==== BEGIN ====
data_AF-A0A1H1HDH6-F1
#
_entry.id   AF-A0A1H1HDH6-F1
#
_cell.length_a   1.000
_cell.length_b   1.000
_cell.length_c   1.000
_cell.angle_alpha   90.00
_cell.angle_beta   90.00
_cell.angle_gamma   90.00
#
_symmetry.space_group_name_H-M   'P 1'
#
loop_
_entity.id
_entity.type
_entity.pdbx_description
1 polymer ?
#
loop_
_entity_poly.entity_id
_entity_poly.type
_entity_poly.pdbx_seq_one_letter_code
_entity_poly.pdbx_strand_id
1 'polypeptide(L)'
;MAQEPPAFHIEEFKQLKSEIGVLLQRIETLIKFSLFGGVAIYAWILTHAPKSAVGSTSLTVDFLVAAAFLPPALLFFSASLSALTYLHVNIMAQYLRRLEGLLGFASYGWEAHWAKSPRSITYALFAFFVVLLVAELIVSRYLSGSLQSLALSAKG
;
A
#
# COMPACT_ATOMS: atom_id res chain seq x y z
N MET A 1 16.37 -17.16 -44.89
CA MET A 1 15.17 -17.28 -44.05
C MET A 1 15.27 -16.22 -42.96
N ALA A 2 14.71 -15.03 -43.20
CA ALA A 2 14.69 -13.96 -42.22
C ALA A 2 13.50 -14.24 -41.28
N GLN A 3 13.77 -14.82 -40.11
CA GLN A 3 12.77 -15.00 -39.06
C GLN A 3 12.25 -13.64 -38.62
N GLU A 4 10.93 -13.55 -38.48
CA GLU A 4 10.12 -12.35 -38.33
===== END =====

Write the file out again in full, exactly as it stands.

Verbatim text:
data_AF-A0A1H1HDH6-F1
#
_entry.id   AF-A0A1H1HDH6-F1
#
_cell.length_a   1.000
_cell.length_b   1.000
_cell.length_c   1.000
_cell.angle_alpha   90.00
_cell.angle_beta   90.00
_cell.angle_gamma   90.00
#
_symmetry.space_group_name_H-M   'P 1'
#
loop_
_entity.id
_entity.type
_entity.pdbx_description
1 polymer ?
#
loop_
_entity_poly.entity_id
_entity_poly.type
_entity_poly.pdbx_seq_one_letter_code
_entity_poly.pdbx_strand_id
1 'polypeptide(L)'
;MAQEPPAFHIEEFKQLKSEIGVLLQRIETLIKFSLFGGVAIYAWILTHAPKSAVGSTSLTVDFLVAAAFLPPALLFFSASLSALTYLHVNIMAQYLRRLEGLLGFASYGWEAHWAKSPRSITYALFAFFVVLLVAELIVSRYLSGSLQSLALSAKG
;
A
#
# COMPACT_ATOMS: atom_id res chain seq x y z
N MET A 1 16.37 -17.16 -44.89
CA MET A 1 15.17 -17.28 -44.05
C MET A 1 15.27 -16.22 -42.96
N ALA A 2 14.71 -15.03 -43.20
CA ALA A 2 14.69 -13.96 -42.22
C ALA A 2 13.50 -14.24 -41.28
N GLN A 3 13.77 -14.82 -40.11
CA GLN A 3 12.77 -15.00 -39.06
C GLN A 3 12.25 -13.64 -38.62
N GLU A 4 10.93 -13.55 -38.48
CA GLU A 4 10.12 -12.35 -38.33